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How Are Governments Reacting to the Invalidation of Privacy Shield?
Since the decision by the Court of Justice of the European Union (“CJEU”) to invalidate Privacy Shield and opine on the use of Standard Contractual Clauses ("SCCs"), we have been compiling and maintaining a list of the responses and reactions published by both data protection authorities across the EU and other regulators globally.
CCPA’s HR and B2B Carve-Outs Extended Until January 1, 2022
On August 31, 2020, the California legislature passed AB-1281, which extends the California Consumer Privacy Act’s human resources (employee/job applicant) and B2B communications carve-outs until January 1, 2022. Those two exclusions from the CCPA currently are set to expire in January 2021. The bill awaits the Governor’s signature.
The Battle Continues: 101 Complaints are Filed Against Companies Transferring Data to the United States
The dust hasn’t even settled since the Court of Justice of the European Union (“CJEU”) declared Privacy Shield invalid and called into question the use of the Standard Contractual Clauses (“SCCs”), but already Max Schrems and noyb have filed 101 complaints across EU member states regarding personal data transfers in contravention of the law and the recent CJEU decision.
CCPA Final Regulations: California Attorney General Announces Approved CCPA Regulations for Immediate Effect
On Aug. 14, California’s attorney general announced the Office of Administrative Law (OAL) approved the state Department of Justice’s regulations (Final Regulations) implementing the California Consumer Privacy Act (“CCPA”) and filed them with the Secretary of State. As previously requested by the Attorney General, the Final Regulations take effect immediately.
US-EU Joint Statement: Privacy Shield
On August 10, 2020, U.S. Secretary of Commerce Wilbur Ross and European Commissioner for Justice Didier Reynders released a joint press statement (“Statement”) addressing the recent Schrems II ruling from the Court of Justice of the European Union (the “CJEU”).
Practical Next Steps Following Invalidation of Privacy Shield
Following the decision last week by the Court of Justice of the European Union (CJEU) to invalidate the EU-U.S. Privacy Shield (further details on the decision can be read here), the question asked by many businesses has been: we transfer personal data to the U.S., what should we do now?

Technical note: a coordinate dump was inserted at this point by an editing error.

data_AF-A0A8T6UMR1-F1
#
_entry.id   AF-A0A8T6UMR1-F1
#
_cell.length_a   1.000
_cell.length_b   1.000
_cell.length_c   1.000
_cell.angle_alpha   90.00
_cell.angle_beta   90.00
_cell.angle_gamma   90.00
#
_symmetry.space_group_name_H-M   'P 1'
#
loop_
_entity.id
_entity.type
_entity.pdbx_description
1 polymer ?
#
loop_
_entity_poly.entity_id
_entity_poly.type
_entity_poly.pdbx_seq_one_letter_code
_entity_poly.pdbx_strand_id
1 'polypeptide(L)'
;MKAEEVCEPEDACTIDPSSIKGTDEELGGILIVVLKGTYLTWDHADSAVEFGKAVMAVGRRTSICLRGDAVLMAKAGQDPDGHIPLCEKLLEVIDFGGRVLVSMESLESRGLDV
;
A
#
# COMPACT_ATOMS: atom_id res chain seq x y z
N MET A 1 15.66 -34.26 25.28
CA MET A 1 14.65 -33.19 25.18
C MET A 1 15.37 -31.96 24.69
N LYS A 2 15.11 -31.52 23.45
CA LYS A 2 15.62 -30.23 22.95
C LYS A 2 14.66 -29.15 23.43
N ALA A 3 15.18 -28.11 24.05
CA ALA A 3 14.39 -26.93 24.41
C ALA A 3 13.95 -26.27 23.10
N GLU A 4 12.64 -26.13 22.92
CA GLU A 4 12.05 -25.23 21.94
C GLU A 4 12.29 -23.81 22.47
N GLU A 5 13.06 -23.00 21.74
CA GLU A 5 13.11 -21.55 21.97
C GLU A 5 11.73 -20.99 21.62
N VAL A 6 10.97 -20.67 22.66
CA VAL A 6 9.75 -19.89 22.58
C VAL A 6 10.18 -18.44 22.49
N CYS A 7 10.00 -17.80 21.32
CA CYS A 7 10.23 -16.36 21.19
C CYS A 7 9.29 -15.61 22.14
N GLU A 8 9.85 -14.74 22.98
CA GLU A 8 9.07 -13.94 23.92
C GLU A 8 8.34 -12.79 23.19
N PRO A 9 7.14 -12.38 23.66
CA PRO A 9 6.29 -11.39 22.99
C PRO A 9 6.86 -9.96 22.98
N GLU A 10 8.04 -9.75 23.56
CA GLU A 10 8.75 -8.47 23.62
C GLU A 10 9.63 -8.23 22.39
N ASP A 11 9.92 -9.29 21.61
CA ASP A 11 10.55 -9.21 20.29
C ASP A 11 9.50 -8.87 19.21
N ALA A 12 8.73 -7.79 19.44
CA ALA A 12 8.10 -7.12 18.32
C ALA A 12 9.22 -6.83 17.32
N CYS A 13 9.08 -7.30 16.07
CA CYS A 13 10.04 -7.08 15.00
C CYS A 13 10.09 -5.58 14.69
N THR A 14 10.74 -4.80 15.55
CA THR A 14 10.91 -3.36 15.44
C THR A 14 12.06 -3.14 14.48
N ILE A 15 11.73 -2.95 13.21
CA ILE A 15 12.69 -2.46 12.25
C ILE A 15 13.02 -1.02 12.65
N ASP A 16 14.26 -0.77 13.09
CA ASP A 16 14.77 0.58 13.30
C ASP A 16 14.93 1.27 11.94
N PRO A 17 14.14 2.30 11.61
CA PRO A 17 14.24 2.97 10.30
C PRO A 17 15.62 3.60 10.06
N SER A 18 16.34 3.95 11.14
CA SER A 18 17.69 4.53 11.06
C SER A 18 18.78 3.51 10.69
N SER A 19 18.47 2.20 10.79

How Are Governments Reacting to the Invalidation of Privacy Shield?
Following the decision by the Court of Justice of the European Union (the "CJEU") on 16 July 2020 invalidating Privacy Shield and imposing potential constraints on the use of Standard Contractual Clauses ("SCCs") (more information on the decision itself can be read here), we are starting to see data protection authorities and other bodies across the EU, and globally, publicly discussing and commenting on the decision.
The Results Are in: Privacy Shield Has Been Declared Invalid but the SCCs Remain Valid
Following a decision from the Court of Justice of the European Union (the “CJEU”) today, it has now been confirmed that Commission Decision 2016/1250, also known as the EU-U.S. Privacy Shield Framework, is invalid as a mechanism for transferring personal data from the E.U. to the U.S. Conversely, the Court of Justice considers Commission Decision (2010/87/EU) on standard contractual clauses (“SCCs”) for the transfer of personal data to processors established in third countries to be valid.
The EDPB on Data Protection and COVID-19 in the EU
The European Data Protection Board (the EDPB) recently released two statements in quick succession relating to the effects of COVID-19 on data protection. The statements focused on: 1) interoperability of contact tracing apps; and 2) reopening of borders following the outbreak.
Proposed “California Privacy Rights Act” Explained (with Redline)
The California Privacy Rights Act (the “CPRA”) has enough signatures to qualify for inclusion in California’s November 2020 ballot. Though we still await the California AG’s final regulations on the CCPA, the CPRA would build upon the CCPA to impose additional requirements.
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